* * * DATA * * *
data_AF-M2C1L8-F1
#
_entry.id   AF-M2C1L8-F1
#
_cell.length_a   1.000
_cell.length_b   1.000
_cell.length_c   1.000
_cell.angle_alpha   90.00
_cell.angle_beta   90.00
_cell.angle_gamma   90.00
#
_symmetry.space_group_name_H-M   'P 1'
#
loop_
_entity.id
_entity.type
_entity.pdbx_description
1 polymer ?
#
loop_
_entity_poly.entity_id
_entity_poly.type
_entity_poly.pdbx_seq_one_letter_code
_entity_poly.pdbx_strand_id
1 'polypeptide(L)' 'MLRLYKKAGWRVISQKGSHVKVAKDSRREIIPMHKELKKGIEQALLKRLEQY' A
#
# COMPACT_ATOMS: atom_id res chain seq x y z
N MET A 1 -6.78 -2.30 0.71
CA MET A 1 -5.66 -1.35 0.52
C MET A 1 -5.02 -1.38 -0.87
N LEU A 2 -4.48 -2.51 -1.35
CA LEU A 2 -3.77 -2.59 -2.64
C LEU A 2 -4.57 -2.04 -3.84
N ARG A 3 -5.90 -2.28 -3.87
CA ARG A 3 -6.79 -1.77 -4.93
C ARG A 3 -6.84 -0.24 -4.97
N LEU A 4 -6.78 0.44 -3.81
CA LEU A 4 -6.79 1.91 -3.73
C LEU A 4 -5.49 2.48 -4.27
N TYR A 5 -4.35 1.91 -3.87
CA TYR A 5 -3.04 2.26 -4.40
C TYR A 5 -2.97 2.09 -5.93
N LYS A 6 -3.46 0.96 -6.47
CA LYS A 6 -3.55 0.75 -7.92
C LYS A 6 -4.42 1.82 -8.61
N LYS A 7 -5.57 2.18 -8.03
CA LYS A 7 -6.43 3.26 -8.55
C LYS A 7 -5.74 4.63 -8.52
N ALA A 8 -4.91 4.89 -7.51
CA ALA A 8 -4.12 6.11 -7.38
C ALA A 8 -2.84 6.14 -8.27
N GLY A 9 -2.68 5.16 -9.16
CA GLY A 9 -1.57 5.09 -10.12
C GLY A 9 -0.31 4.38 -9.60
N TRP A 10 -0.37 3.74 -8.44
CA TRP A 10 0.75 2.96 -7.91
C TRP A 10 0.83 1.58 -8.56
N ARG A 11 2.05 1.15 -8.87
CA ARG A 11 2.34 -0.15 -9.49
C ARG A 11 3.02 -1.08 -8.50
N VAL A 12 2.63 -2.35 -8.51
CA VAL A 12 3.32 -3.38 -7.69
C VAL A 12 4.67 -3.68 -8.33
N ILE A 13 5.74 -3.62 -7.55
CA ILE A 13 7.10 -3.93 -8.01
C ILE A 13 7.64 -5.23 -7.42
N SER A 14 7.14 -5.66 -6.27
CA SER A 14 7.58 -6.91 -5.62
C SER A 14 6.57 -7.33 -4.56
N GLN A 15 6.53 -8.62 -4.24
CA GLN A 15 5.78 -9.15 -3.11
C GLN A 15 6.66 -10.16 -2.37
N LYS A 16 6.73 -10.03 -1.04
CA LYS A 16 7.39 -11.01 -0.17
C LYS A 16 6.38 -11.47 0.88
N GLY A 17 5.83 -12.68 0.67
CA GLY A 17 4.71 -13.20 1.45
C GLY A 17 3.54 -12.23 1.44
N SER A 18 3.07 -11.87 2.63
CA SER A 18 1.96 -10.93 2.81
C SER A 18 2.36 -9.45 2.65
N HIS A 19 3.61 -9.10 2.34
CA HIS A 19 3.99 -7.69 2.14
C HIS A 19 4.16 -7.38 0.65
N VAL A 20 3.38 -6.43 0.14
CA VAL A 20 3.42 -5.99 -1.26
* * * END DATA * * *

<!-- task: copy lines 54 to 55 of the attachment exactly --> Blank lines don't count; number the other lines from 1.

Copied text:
C GLY A 9 -0.31 4.38 -9.60
N TRP A 10 -0.37 3.74 -8.44